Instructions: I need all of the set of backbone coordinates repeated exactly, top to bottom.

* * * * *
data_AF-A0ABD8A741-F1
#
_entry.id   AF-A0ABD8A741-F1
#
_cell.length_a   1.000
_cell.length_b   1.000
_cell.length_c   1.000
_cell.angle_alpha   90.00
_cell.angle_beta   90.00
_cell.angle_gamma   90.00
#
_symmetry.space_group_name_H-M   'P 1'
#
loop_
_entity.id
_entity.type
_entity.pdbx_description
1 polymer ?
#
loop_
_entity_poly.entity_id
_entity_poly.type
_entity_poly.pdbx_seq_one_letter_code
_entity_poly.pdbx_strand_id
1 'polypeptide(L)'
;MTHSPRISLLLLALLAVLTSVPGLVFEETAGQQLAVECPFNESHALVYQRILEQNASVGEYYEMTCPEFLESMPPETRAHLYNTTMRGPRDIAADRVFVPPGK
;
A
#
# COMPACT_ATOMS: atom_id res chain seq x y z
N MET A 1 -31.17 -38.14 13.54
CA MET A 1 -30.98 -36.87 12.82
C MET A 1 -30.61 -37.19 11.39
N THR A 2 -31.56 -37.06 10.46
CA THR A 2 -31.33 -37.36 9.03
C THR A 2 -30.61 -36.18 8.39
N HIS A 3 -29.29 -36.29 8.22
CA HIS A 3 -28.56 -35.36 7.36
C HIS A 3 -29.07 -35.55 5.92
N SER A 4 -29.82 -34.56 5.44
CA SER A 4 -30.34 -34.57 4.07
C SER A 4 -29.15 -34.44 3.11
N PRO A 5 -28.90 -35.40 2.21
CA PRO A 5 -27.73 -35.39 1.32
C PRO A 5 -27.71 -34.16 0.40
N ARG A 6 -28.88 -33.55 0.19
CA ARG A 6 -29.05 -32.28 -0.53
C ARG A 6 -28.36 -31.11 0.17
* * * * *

data_AF-A0ABD8A741-F1
#
_entry.id   AF-A0ABD8A741-F1
#
_cell.length_a   1.000
_cell.length_b   1.000
_cell.length_c   1.000
_cell.angle_alpha   90.00
_cell.angle_beta   90.00
_cell.angle_gamma   90.00
#
_symmetry.space_group_name_H-M   'P 1'
#
loop_
_entity.id
_entity.type
_entity.pdbx_description
1 polymer ?
#
loop_
_entity_poly.entity_id
_entity_poly.type
_entity_poly.pdbx_seq_one_letter_code
_entity_poly.pdbx_strand_id
1 'polypeptide(L)'
;MTHSPRISLLLLALLAVLTSVPGLVFEETAGQQLAVECPFNESHALVYQRILEQNASVGEYYEMTCPEFLESMPPETRAHLYNTTMRGPRDIAADRVFVPPGK
;
A
#
# COMPACT_ATOMS: atom_id res chain seq x y z
N MET A 1 -31.17 -38.14 13.54
CA MET A 1 -30.98 -36.87 12.82
C MET A 1 -30.61 -37.19 11.39
N THR A 2 -31.56 -37.06 10.46
CA THR A 2 -31.33 -37.36 9.03
C THR A 2 -30.61 -36.18 8.39
N HIS A 3 -29.29 -36.29 8.22
CA HIS A 3 -28.56 -35.36 7.36
C HIS A 3 -29.07 -35.55 5.92
N SER A 4 -29.82 -34.56 5.44
CA SER A 4 -30.34 -34.57 4.07
C SER A 4 -29.15 -34.44 3.11
N PRO A 5 -28.90 -35.40 2.21
CA PRO A 5 -27.73 -35.39 1.32
C PRO A 5 -27.71 -34.16 0.40
N ARG A 6 -28.88 -33.55 0.19
CA ARG A 6 -29.05 -32.28 -0.53
C ARG A 6 -28.36 -31.11 0.17